Top positive review
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Terrible Title, Good Book
on May 10, 2013
This is a very good book, but not the book the title suggests. The title suggests that the book focusses on the engineering achievements that contributed to winning WWII, whereas in fact, the book is actually a history of the strategies that won the war. Whoever created the title deserves a dope-slap. "Engineering" has two meanings, (a) the most common meaning: the development of a device, like engineering a new machine gun; and (b) the less common meaning: a means to achieve an objective, like engineering a way to get Johnnie accepted into the college of his choice. Both meanings of the word contributed mightily to success in WWII, but the book only deals with the "scheme" meaning of the word (it mentions the tremendous contributions of new equipment developed during the war, but does not go into the engineering details thereof; rather, equipment developments are discussed as how they contributed to strategies). Therefore, use of the "engineering" in the title is extremely misleading.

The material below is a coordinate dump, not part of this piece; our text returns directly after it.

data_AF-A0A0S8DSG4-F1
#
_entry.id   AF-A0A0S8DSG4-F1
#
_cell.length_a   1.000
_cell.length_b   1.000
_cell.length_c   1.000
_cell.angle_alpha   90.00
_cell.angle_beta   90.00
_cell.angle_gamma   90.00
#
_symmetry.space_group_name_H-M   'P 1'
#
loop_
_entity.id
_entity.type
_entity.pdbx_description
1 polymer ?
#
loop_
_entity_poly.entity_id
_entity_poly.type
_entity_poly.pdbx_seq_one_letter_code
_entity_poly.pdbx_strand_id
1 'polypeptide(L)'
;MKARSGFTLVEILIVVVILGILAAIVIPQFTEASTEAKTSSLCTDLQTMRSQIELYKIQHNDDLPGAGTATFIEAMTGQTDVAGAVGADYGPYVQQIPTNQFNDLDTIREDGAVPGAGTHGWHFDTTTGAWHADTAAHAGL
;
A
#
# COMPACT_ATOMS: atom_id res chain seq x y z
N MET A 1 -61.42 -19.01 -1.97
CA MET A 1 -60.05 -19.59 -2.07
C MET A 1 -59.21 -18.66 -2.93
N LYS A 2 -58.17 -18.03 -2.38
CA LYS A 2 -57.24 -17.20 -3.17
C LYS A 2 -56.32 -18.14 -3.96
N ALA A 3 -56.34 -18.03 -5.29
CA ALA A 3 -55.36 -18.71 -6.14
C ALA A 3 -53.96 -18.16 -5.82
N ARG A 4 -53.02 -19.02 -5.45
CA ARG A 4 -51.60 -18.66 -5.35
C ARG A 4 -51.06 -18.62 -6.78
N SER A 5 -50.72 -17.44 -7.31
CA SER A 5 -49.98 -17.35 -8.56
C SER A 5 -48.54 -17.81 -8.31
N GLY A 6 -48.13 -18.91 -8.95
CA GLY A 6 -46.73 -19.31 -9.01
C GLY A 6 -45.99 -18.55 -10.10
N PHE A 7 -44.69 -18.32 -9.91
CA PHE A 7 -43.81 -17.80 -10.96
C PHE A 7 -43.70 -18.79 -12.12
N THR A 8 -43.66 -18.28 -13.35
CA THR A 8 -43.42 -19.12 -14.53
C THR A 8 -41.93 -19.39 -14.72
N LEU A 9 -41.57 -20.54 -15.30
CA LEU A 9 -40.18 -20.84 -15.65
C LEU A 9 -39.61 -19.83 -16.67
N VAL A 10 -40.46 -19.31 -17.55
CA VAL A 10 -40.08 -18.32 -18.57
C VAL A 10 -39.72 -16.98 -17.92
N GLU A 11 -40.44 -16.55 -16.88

That said, the book is highly informative, presenting the comprehensive history of the war at the most macroscopic level. (I accept other reviewer's criticisms that some of the facts are wrong, but in my opinion this detracts very little from the value of the book. It would take a huge amount of fact checking to determine how pervasive the errors are, but from my knowledge of the history of the war, the book is probably mostly correct.) The book is written clearly, and discusses not only American strategies, but also British, German, Japanese, Russian, Italian and other countries' strategies as well. The book truly presents the Big Picture, in contrast with most other books that have narrower purviews.